As a leader in high-performance server interconnect, Mellanox NICs include Poll Mode Driver (PMD) support for DPDK and we set the record of >90 Mpps of DPDK performance on our ConnectX®-4 100G NIC. But we have an alternative way, and better way, to solve the NFV packet performance challenge. We call this Accelerated Switching and Packet Processing (ASAP2). This solution combines the performance and efficiency of server/storage networking hardware, the NIC (Network Interface Card), along with the flexibility of virtual switching software to deliver software-defined networks resulting in the highest total infrastructure efficiency, deployment flexibility and operational simplicity.
Starting from Mellanox ConnectX-3 Pro series of NICs, Mellanox has designed an embedded switch (eSwitch) in its NIC silicon. This eSwitch is a flow-based switching engine capable of performing Layer-2 (L2) switching for the different VMs running on the server at higher performance levels and better security and isolation. eSwitch capabilities have been enhanced as we move to the current generation of ConnectX-4 NICs to perform packet classification and overlay virtual network tunneling protocol processing, specifically VXLAN encapsulation and de-capsulation. And in the latest ConnectX-5 NIC, the eSwitch can handle Layer-3 (L3) operations such as header rewrite, MPLS operations such as label push/pop, and even Flexible customer-defined parsing and header rewrite of vendor specific headers. The ASAP2 accelerator is built on top of eSwitch NIC hardware, and allows either the entire virtual switch, or significant portions of virtual switch or distributed virtual router (DVR) operations to be offloaded to the Mellanox NIC ̶ ̶̶ all of which achieve greatly improved packet performance with significantly reduced CPU overhead. At the same time, ASAP2 keeps the SDN control plane intact, and the SDN controller still communicates with the virtual switches to pass down the network control information. This is exactly how modern networking devices are built, a software control and management plane and a hardware data plane.
ASAP2 easily beats DPDK in 3 critical ways:
Everyone intuitively understands that hardware performs better than software, but how much better? We have compared packet performance in ASAP2 scenario where the data path of Open vSwitch (OVS) is offloaded to the Mellanox Connect-X 4 Lx NICs, and in DPDK-accelerated OVS scenario where OVS is fully run in user space using DPDK libraries to bypass the hypervisor kernel to boost packet performance.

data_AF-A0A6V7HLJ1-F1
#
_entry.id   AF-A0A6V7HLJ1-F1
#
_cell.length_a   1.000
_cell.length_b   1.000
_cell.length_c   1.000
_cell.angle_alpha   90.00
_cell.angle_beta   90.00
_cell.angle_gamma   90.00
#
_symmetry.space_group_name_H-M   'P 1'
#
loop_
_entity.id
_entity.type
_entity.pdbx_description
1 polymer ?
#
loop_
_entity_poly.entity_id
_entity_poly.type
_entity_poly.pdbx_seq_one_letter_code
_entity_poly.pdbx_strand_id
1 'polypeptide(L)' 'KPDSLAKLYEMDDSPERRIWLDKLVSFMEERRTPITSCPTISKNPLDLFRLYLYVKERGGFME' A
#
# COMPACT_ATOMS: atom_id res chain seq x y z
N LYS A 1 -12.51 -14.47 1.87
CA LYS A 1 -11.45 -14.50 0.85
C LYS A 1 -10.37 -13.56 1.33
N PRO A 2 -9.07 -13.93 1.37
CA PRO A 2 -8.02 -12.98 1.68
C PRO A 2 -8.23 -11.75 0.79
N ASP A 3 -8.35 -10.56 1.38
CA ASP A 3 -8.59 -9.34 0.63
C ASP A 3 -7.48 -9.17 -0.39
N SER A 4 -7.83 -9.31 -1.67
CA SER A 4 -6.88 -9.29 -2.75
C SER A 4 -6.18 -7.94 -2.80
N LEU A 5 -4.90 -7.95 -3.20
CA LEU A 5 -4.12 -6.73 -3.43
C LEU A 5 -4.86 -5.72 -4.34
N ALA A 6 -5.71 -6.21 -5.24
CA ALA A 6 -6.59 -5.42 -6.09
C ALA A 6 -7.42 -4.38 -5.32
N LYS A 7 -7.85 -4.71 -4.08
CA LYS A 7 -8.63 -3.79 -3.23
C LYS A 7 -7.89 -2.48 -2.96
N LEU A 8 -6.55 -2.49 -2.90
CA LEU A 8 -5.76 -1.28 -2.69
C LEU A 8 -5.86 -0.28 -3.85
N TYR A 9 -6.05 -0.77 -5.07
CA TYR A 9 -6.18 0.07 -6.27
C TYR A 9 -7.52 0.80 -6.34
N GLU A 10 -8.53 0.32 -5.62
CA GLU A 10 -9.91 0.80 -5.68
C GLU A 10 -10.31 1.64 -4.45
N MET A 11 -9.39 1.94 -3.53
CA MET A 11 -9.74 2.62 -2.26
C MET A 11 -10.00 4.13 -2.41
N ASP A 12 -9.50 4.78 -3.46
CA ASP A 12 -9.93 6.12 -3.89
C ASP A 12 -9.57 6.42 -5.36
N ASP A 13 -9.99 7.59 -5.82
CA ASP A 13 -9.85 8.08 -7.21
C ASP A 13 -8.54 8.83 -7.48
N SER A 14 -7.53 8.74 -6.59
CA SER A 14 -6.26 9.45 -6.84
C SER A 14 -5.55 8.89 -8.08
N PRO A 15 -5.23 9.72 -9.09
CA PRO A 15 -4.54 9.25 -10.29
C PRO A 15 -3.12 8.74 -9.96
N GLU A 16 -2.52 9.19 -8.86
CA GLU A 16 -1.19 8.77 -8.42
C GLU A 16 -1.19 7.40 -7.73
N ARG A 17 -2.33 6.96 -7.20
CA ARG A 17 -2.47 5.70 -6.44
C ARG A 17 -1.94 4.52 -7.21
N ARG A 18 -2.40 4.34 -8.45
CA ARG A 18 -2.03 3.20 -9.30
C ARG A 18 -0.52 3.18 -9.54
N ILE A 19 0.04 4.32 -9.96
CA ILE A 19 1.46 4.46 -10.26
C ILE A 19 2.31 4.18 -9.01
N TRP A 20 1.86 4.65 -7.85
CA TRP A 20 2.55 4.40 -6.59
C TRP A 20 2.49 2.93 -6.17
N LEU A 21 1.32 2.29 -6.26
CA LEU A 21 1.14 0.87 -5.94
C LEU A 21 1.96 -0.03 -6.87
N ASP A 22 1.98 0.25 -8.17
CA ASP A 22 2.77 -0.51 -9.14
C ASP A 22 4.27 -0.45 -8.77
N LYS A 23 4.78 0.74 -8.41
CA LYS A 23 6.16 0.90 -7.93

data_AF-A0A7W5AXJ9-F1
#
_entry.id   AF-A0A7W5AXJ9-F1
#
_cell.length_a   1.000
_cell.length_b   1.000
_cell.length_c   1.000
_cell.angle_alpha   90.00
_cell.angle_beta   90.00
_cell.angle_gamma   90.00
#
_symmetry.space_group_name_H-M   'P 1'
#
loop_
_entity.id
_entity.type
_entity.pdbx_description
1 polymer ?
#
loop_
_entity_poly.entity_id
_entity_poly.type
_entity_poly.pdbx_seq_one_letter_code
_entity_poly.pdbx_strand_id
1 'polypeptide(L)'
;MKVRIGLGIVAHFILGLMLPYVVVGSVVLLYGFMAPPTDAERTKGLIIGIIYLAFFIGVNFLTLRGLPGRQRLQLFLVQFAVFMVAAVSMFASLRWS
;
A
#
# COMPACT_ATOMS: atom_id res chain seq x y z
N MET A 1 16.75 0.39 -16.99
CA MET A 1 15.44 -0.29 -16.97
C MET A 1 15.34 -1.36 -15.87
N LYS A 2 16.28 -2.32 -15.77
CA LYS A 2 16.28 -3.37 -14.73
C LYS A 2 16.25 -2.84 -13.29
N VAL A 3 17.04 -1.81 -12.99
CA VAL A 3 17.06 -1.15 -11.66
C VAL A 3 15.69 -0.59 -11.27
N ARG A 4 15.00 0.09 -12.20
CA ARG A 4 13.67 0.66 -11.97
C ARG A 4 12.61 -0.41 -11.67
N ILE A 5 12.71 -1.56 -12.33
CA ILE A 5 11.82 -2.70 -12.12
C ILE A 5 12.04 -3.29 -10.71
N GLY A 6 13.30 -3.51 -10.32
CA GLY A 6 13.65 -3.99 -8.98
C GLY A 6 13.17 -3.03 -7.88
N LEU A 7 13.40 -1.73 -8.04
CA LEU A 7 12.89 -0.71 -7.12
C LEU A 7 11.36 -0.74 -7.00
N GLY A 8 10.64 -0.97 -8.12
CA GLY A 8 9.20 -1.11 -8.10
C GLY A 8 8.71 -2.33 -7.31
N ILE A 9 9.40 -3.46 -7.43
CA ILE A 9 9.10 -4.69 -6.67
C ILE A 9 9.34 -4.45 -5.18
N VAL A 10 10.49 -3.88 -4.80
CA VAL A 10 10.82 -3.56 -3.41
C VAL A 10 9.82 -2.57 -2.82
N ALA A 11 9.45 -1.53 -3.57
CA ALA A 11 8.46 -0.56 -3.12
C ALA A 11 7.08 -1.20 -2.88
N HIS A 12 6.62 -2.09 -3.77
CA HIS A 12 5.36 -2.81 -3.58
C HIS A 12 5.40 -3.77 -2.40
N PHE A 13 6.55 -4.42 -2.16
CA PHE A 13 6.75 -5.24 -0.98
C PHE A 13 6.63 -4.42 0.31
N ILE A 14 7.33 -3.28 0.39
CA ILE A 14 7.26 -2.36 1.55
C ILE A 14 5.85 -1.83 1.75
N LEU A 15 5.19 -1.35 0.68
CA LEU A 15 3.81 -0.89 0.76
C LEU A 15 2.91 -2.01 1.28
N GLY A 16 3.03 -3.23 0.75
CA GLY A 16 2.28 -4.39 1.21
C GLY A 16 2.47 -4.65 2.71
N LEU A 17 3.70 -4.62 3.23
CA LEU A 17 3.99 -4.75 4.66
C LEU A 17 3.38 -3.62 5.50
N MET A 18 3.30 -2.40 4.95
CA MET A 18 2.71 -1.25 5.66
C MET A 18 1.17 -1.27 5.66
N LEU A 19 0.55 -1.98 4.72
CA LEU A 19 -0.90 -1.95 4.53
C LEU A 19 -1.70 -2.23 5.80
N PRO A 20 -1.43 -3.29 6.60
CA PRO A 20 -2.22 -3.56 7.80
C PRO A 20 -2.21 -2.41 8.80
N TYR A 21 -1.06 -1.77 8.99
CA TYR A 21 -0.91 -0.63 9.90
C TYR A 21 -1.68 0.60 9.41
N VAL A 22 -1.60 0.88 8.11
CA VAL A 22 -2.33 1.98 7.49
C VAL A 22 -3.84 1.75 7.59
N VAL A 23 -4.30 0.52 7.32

There is a stark contrast in packet performance: with fewer number of flows, a 64-byte packet stream, ASAP2 reached 33 Mpps on a 25G interface where the theoretical maximum packet performance is 37.2 Mpps. For DPDK-accelerated OVS, the best performance is 8-9 Mpps, less than 30 percent of what ASAP2 can deliver.
When we scale up the number of flows, the contrast is even more apparent: ASAP2 can deliver ~10X of the DPDK-accelerated OVS packet performance. With 60,000 flows, and VXLAN encap/decap handled in the ConnectX-4 Lx eSwitch, ASAP2 achieves 18 Mpps. OVS over DPDK achieves 1.9 Mpps in the same amount of flows. It is worth mentioning that the OVS over DPDK configuration used standard VLAN as configuring VXLAN for OVS over DPDK and this was not trivial. We expect that with VXLAN OVS over DPDK performance will be even lower.
In all the above scenarios, DPDK-accelerated OVS consumes four CPU cores, while ASAP2 consumes none, zero CPU cores, while delivering significantly higher performance with a software-defined OVS control plane. The CPU overhead of DPDK will be unbearable as we move to 25G, 50G or 100G server connectivity. Would you want to dedicate 10 or 15 CPU cores for packet processing? If so, you have no CPU cores left to do anything else. For cloud service providers, this is directly affecting their top line because for them, the more VMs or containers they can run on their servers, the more money they can make. If they allocate significant number of CPU cores for DPDK, then they spin up fewer number of VMs on their servers and make less money!
In his Netdev Conference keynote presentation Fast Programmable Networks & Encapsulated Protocols, David Miller, primary maintainer of the Linux networking stack, made his audience repeat three times, “DPDK is NOT Linux”. He wanted to make sure that people understand that you need a separate BSD license to run DPDK. If you are using a commercial DPDK-accelerated virtual switch solution, there is additional cost associated with that.
But there is absolutely no additional charge associated with ASAP2. ConnectX-4 Lx is a high-volume NIC that we are shipping in significant quantity to our hyperscale customers and it is priced very competitively compared to other high-volume NICs. All changes related to OVS Offload (using ASAP2 to offload OVS data plane to NIC hardware) are up-streamed to open source communities, including OVS and Linux. OVS Offload is transparent to applications and there is no change needed at the application level to take advantage of ASAP2. Mellanox does not charge a cent for the ASAP2 accelerator and it comes standard on the latest generations of our ConnectX NICs.
Getting Mellanox ConnectX-4 Lx is easy, it is carried by multiple of our server OEM partners including Lenovo, Dell and HP. So try ASAP2 ASAP, and enhance your NFV performance and efficiency today!